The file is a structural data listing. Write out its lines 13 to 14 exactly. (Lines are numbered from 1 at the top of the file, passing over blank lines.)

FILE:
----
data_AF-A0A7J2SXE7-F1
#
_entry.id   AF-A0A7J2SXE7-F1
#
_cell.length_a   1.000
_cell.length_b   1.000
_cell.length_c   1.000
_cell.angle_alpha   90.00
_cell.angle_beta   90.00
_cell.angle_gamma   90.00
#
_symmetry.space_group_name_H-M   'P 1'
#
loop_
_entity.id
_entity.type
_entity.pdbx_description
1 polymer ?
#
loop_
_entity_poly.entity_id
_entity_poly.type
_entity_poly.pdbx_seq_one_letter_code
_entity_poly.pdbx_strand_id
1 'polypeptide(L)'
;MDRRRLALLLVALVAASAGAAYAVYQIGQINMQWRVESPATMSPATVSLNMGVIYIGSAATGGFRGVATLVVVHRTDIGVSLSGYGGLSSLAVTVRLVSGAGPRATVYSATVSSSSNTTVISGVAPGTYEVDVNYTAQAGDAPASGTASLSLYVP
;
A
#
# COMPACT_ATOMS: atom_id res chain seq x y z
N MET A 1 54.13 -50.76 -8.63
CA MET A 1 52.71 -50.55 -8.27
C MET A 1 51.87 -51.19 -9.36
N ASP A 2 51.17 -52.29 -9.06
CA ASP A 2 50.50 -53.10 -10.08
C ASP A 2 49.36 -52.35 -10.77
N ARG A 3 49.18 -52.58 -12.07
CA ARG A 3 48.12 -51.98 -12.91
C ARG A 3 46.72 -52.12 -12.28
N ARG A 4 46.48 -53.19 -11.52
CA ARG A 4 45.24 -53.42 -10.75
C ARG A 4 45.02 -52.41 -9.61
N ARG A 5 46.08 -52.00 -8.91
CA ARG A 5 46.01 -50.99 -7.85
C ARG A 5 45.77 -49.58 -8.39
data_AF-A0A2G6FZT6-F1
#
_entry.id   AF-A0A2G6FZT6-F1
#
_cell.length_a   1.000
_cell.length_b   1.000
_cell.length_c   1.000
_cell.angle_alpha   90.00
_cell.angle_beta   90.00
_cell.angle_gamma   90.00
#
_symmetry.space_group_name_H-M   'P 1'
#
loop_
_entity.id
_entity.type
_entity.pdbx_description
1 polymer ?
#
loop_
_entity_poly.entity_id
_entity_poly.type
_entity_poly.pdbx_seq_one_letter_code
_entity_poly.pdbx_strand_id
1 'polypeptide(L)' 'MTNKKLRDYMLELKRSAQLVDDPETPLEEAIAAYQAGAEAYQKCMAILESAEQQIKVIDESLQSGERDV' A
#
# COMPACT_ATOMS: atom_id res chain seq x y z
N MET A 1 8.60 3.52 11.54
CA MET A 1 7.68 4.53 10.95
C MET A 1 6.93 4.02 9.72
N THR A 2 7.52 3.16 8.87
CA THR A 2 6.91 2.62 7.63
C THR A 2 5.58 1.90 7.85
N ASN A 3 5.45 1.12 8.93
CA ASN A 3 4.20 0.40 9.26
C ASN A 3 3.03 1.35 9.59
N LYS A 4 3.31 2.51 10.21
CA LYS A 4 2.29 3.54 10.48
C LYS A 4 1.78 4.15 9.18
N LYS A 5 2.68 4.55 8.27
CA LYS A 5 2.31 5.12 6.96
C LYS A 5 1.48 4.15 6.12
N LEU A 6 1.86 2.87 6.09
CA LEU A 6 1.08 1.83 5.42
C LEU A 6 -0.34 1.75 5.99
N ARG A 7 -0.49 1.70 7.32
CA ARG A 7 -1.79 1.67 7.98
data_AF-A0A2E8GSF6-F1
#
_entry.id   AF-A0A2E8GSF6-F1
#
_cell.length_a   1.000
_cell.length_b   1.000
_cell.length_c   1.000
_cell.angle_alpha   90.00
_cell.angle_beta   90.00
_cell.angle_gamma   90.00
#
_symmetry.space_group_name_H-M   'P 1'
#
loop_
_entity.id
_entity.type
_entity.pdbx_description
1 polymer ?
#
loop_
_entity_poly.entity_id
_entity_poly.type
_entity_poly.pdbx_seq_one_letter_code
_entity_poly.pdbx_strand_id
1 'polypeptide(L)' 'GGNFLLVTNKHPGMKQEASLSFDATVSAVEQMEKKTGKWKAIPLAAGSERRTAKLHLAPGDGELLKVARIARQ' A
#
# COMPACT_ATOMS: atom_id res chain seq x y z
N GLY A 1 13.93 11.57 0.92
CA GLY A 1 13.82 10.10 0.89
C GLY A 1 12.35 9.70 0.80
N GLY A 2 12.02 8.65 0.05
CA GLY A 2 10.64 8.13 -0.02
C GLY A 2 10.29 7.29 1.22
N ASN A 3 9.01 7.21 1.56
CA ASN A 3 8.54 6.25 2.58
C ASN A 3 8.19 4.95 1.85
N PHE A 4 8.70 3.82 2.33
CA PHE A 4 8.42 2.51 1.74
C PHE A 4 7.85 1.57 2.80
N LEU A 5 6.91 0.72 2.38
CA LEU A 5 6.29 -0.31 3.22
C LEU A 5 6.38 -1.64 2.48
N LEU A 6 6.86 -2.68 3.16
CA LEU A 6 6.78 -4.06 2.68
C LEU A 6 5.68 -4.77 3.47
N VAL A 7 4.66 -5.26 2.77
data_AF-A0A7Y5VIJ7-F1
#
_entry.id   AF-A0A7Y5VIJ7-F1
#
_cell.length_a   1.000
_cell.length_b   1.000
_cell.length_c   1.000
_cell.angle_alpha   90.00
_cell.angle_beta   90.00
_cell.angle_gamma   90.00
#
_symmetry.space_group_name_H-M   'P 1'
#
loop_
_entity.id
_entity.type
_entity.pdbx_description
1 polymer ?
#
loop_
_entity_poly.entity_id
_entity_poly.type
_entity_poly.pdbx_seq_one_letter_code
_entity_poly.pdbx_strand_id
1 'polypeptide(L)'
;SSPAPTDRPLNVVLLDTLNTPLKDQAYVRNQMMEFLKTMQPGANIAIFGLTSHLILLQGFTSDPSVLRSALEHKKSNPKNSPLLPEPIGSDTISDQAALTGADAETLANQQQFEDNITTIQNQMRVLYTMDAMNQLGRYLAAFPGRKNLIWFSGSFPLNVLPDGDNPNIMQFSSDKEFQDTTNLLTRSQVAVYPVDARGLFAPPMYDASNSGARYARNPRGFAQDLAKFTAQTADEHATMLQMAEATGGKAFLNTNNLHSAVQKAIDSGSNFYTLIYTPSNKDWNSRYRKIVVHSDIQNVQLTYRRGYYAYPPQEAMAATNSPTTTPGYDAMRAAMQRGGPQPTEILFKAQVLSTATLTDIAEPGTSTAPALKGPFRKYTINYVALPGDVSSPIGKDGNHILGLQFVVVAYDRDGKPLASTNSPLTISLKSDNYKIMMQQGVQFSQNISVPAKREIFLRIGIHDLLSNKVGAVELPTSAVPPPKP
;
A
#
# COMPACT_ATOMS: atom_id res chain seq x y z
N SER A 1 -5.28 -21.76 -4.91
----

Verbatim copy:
#
loop_